Academics

Drone propels environmental program to greater heights

Palm Beach State College has a new drone to give Environmental Science Technology students a close-up view of how the industry uses the popular technology for Geographic Information Systems (GIS) mapping.

Dustin J. Myers of CSA Ocean Sciences (center) test out the drone with Rick Householder and Dr. Jessica Miles.

Dr. Jessica Miles, a professor and Environmental Science department chair, and Rick Householder, an adjunct instructor of the required GIS mapping course, are obtaining certification from the Federal Aviation Administration to fly the unmanned aircraft. Using hand-held navigation equipment, they will capture images and data from wetlands and other areas and use the information in their classes.

“We’re trying to prepare our students for what they might see in the workforce,’’ Miles said. “Many agencies and businesses will be implementing the use of drones in a greater capacity because they can reduce field time, increasing cost efficiency aspects, and reduce safety concerns for workers in the field.”

Householder, who uses higher-end drones in his role as Geospatial Section leader for the South Florida Water Management District, encouraged the College to secure its own industry standard version– a Phantom 4Pro.  Its features include a 5.5-inch, 1080 pixel touch screen display, a 20-megapixel camera and 60 frames-per-second video recording with up to 4K resolution.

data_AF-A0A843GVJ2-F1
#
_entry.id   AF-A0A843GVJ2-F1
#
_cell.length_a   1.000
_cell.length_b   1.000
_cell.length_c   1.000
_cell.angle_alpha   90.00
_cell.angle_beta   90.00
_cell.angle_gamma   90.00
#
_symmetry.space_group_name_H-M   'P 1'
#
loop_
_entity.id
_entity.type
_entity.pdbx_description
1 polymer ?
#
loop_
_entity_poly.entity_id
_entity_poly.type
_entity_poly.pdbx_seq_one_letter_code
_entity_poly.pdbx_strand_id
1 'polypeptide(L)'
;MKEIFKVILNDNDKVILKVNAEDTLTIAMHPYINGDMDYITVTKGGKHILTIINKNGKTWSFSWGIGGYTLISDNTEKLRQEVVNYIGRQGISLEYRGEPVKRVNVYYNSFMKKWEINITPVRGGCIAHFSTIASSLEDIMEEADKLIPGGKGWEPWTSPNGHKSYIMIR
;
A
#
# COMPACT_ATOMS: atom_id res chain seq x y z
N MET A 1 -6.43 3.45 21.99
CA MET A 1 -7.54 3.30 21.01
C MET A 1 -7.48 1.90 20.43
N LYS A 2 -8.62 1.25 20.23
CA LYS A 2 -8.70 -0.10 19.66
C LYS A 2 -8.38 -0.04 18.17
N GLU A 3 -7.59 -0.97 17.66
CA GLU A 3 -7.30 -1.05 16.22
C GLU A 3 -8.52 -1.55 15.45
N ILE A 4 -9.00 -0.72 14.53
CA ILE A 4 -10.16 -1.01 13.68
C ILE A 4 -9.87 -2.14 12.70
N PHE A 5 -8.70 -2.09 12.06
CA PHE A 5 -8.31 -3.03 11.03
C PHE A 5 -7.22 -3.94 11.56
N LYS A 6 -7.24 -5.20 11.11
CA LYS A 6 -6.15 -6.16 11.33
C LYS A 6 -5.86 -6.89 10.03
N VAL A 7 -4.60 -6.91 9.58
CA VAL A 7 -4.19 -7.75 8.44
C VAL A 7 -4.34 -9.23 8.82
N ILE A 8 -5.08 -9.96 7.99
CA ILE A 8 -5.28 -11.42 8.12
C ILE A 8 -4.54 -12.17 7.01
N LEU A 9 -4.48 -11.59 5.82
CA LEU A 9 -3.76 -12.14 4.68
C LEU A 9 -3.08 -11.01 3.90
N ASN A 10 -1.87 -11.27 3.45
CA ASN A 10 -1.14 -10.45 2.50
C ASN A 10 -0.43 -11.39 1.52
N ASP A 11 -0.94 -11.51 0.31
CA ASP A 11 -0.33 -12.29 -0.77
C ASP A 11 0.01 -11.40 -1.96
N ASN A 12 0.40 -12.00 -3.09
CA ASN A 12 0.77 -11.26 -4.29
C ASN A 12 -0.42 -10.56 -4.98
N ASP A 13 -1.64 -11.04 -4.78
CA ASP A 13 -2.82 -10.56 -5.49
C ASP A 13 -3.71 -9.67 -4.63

“I felt the industry was heading in such a way that our students could really benefit from use of a drone,” Householder said. “The students will help us prepare, set up and conduct a mission and also analyze the acquired data and imagery. This is a very fast-growth technology. It’s a new tool in the GIS toolbox that will help the students excel in the industry.”

He said that with the drone they can zoom in on areas to determine habitat impact, delineate wetlands, monitor coral and seagrass habitats, as well as help python hunters locate invasive snakes in the Everglades for removal. “All of these projects will have student involvement,’’ he said.

In the past, students relied largely on Google Earth images, which may be more outdated. “If we wanted to look at a wetland now, we can send a drone up and have an image immediately, but an image from Google Earth could be out of date by two years or more. This gives timely snapshots of the actual habitat.”

“Florida’s vegetation is very dense and wetlands abound, so the use of drones allows us to get into and explore places that we wouldn’t traditionally be able to get into on foot. Now we can view the site effectively from a safer distance,’’ added Miles, who has led the Environmental Science program for 15 years.

Scott MacLachlan, dean of student services and interim provost of the Palm Beach Gardens campus, said he is pleased that the drone technology is now available for students in the program. “It’s the cutting edge of technology within the GIS mapping profession. It’s the most amazing thing I’ve ever seen. We’re one of the few schools that is as far as along as we are in that kind of program.”

 

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